Kathy Voytko and John Cudia Q&A

Kathy Voytko and John Cudia Q&A


Kathy Voytko and John Cudia Q&A


Voytko and Cudia performing at Broadway in the Burgh event this past week (Kayla Snyder)

Voytko and Cudia performing at Broadway in the Burgh event this past week (Kayla Snyder)

How did you get involved into the world of Broadway? What was your first show you’ve ever performed in?

John:  What was your big ‘breakout’ moment?  I was taken to my first Broadway show by my parents when I was ten years old.  My first public performance was a role in a first grade show.  It was a big role with 4 or five songs.   I kept on singing and performing and also took up playing the drums.  I wasn’t  really bitten by the theater bug until I heard and then later saw “Les Miserables” when I was in High School.  My breakout moment and still the most thrilling moment of my career was making my broadway debut in Les Miz!

Kathy: I grew up dancing with a small ballet Company in Johnstown Pennsylvania. When I was in high school my parents took me to see “Les Miserables” on tour, and I was hooked from that moment on. I suppose my big break out moment was my sophomore year of college when I was cast as a lead in the musical. I was the Baker’s Wife in “Into The Woods.” I was scared out of my mind because I truly had no idea what I was doing. But I had a great director and a wonderful cast of upperclassman to guide me through it. From then on I wasn’t quite as scared anymore and was able to audition more regularly for more roles.

Where did you grow up? Did that kind of environment make pursuing your dreams easier or harder? If harder, explain why. 

John: I grew up in Toms River, NJ.  I think it made pursing my dreams easier because I was so close to New York City.  So when I knew it was time to move there, it didn’t feel like such a huge leap.

 I grew up in Johnstown, Pennsylvania. My parents were very encouraging as far as taking lessons in whatever was available. They let me take piano lessons, gymnastics, and ballet. I’m a terrible pianist and I wish I had stuck with it longer but those early lessons (which I sometimes groaned about) certainly instilled a love of music from an early age.


At what age did you know that this was the career path for you? Were you ever skeptical of the career because it’s very up and down? (From what I’ve heard)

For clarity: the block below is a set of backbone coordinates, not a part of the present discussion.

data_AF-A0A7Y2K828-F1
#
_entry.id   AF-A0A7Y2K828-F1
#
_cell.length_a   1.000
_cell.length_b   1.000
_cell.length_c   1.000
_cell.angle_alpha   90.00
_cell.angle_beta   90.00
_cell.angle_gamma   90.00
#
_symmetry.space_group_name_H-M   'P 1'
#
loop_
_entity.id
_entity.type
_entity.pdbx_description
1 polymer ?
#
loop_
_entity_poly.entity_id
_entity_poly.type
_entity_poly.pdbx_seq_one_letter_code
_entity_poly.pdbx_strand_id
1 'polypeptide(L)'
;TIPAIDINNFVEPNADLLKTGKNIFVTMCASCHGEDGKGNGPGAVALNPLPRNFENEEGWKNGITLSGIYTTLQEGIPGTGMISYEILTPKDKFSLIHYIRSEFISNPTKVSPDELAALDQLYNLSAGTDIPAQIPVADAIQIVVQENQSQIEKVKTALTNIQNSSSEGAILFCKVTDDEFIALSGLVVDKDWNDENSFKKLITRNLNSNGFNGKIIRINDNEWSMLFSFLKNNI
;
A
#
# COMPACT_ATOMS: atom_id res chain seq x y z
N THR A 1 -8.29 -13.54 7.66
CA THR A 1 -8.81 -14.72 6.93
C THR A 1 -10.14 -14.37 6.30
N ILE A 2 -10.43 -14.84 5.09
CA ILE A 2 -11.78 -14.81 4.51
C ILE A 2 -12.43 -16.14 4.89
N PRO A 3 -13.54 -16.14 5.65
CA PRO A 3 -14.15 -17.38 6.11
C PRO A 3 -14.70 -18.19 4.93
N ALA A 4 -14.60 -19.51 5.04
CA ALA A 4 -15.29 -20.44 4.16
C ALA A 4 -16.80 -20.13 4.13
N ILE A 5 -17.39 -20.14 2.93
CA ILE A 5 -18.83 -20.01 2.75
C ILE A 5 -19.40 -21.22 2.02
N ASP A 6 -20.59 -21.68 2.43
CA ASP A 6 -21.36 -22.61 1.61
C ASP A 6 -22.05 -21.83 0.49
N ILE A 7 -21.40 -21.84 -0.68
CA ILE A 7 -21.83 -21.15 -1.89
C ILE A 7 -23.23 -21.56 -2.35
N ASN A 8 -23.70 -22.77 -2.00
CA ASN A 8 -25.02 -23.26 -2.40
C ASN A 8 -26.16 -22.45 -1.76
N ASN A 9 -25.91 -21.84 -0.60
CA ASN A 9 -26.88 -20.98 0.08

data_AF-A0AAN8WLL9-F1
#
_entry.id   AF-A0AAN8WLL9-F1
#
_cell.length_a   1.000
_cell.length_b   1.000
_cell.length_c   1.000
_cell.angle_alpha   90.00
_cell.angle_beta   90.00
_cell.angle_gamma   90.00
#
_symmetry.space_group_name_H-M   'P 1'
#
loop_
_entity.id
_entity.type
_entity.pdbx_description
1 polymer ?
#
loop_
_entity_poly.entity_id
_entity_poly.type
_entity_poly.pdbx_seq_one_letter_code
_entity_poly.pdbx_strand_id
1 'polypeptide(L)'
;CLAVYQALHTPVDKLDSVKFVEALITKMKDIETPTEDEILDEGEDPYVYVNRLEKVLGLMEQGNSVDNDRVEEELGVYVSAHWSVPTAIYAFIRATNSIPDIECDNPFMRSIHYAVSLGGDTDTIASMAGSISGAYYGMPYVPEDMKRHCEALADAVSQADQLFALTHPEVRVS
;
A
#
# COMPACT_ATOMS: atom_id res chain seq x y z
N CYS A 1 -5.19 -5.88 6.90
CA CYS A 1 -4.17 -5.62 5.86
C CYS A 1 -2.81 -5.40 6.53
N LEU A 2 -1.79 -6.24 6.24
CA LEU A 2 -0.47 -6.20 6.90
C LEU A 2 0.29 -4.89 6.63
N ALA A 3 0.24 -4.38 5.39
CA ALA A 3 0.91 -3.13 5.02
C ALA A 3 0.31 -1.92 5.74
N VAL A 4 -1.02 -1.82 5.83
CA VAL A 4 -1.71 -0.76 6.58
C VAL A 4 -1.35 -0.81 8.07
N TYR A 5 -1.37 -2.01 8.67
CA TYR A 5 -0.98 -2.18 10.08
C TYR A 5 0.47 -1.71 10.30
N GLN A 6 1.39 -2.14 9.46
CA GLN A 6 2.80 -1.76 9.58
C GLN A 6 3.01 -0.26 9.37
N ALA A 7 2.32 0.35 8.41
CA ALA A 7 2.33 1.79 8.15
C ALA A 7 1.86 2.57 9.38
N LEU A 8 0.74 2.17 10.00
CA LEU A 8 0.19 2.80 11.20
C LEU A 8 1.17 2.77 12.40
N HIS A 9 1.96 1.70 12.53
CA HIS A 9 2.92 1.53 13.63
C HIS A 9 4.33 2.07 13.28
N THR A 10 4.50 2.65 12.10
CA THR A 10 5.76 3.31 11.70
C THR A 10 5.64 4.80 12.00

I knew it was for me when I heard Les Miz for the first time.  That was the moment that all the pieces came together.  I loved music, I loved singing, and i loved performing on stage…this one show had it all.  After that moment there wasnt anything you could tell me about how hard it was that would’ve stopped me from going after being in that show. Frankly, I’m still skeptical of this career path because there is never an end goal. I’ve been incredibly lucky to do a lot of shows- many of them on Broadway-and to be working consistently, but that can all change in an instant. 

Mostly I am just thankful and grateful that I have been able to be a full-time actor since graduating from college.

Kathy: I had no idea what this career would be like. I didn’t know anybody who was a professional actor. I didn’t know anybody who was a professional singer. All I knew was that I was absolutely hypnotized in high school by “Les Miserables” when I saw the actors telling such a powerful story through song.


What is the hardest thing about performing in the Broadway world? Are there any downfalls to being in the limelight? 

I put a lot of pressure on myself to be my very best all the time.  Sometimes your body won’t or can’t cooperate due to illness or injury.  When you’re in a show that performs 8 times a week 50 weeks a year, maintaining a high level of performance is very hard on the body and can be on the spirit as well.  As the roles I’ve been blessed to play have gotten more difficult and more ‘prestigious’ the pressure to be better increases too, so that is a kind of a downfall, though its part of chasing the dream of playing big roles.

Kathy: I think the hardest part about performing on Broadway is doing eight shows a week. I know that sounds basic, but when you think  doing the exact same thing eight times a week and trying to make sure that it is fresh and interesting for every single audience (since it is the first time many will see the show) even if it’s your 300th time doing it. I don’t know if there are many downfalls for Broadway performers of being in the limelight, I think that’s more of a problem for people who are in TV and film.


What is the easiest thing about performing in the Broadway world? 

That when you get right down to it, its playing with your friends for a job and getting paid for it.  There are lots of wonderful people in this profession and having a good time is not difficult to find.

Kathy: I think the easiest thing about performing in the Broadway world is that it is a relatively small community, and there are many friends at every corner. Also the quality of the costumes, the magnificent sets, and the extraordinary professionals backstage make coming to work every day a privilege.


Would you say that the answers to questions 4 or 5 helped shape who you are as a performer? 

Yes, because you can only improve when you put the pressure on yourself to do so.  I hope that my work and self criticism makes for a better “product” for the audience.